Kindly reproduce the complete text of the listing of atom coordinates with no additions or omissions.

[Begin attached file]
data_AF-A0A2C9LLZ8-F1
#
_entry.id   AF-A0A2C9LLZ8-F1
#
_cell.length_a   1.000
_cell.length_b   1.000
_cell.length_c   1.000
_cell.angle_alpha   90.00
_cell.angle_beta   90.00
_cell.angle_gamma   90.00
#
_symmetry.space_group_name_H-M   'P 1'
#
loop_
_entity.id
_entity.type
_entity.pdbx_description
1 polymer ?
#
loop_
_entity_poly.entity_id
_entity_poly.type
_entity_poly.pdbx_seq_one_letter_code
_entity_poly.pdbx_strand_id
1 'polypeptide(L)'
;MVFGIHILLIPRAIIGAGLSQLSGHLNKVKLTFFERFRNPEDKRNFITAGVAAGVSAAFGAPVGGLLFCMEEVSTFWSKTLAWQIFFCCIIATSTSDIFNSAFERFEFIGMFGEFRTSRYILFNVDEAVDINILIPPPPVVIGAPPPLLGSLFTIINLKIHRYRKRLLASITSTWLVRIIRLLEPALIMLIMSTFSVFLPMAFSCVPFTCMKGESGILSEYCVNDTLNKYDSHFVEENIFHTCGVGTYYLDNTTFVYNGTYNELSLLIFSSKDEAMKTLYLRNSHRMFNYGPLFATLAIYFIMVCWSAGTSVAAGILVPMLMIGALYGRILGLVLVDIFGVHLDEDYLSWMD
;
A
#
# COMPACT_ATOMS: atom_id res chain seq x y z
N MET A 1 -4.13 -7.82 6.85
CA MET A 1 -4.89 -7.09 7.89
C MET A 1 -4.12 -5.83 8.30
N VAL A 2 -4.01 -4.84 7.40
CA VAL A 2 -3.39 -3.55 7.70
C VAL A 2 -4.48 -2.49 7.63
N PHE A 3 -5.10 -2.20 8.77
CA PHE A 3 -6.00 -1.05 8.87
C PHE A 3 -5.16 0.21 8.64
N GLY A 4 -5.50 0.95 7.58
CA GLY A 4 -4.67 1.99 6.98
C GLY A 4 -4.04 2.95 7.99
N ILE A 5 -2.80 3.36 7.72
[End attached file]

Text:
data_AF-A0A2C9LLZ8-F1
#
_entry.id   AF-A0A2C9LLZ8-F1
#
_cell.length_a   1.000
_cell.length_b   1.000
_cell.length_c   1.000
_cell.angle_alpha   90.00
_cell.angle_beta   90.00
_cell.angle_gamma   90.00
#
_symmetry.space_group_name_H-M   'P 1'
#
loop_
_entity.id
_entity.type
_entity.pdbx_description
1 polymer ?
#
loop_
_entity_poly.entity_id
_entity_poly.type
_entity_poly.pdbx_seq_one_letter_code
_entity_poly.pdbx_strand_id
1 'polypeptide(L)'
;MVFGIHILLIPRAIIGAGLSQLSGHLNKVKLTFFERFRNPEDKRNFITAGVAAGVSAAFGAPVGGLLFCMEEVSTFWSKTLAWQIFFCCIIATSTSDIFNSAFERFEFIGMFGEFRTSRYILFNVDEAVDINILIPPPPVVIGAPPPLLGSLFTIINLKIHRYRKRLLASITSTWLVRIIRLLEPALIMLIMSTFSVFLPMAFSCVPFTCMKGESGILSEYCVNDTLNKYDSHFVEENIFHTCGVGTYYLDNTTFVYNGTYNELSLLIFSSKDEAMKTLYLRNSHRMFNYGPLFATLAIYFIMVCWSAGTSVAAGILVPMLMIGALYGRILGLVLVDIFGVHLDEDYLSWMD
;
A
#
# COMPACT_ATOMS: atom_id res chain seq x y z
N MET A 1 -4.13 -7.82 6.85
CA MET A 1 -4.89 -7.09 7.89
C MET A 1 -4.12 -5.83 8.30
N VAL A 2 -4.01 -4.84 7.40
CA VAL A 2 -3.39 -3.55 7.70
C VAL A 2 -4.48 -2.49 7.63
N PHE A 3 -5.10 -2.20 8.77
CA PHE A 3 -6.00 -1.05 8.87
C PHE A 3 -5.16 0.21 8.64
N GLY A 4 -5.50 0.95 7.58
CA GLY A 4 -4.67 1.99 6.98
C GLY A 4 -4.04 2.95 7.99
N ILE A 5 -2.80 3.36 7.72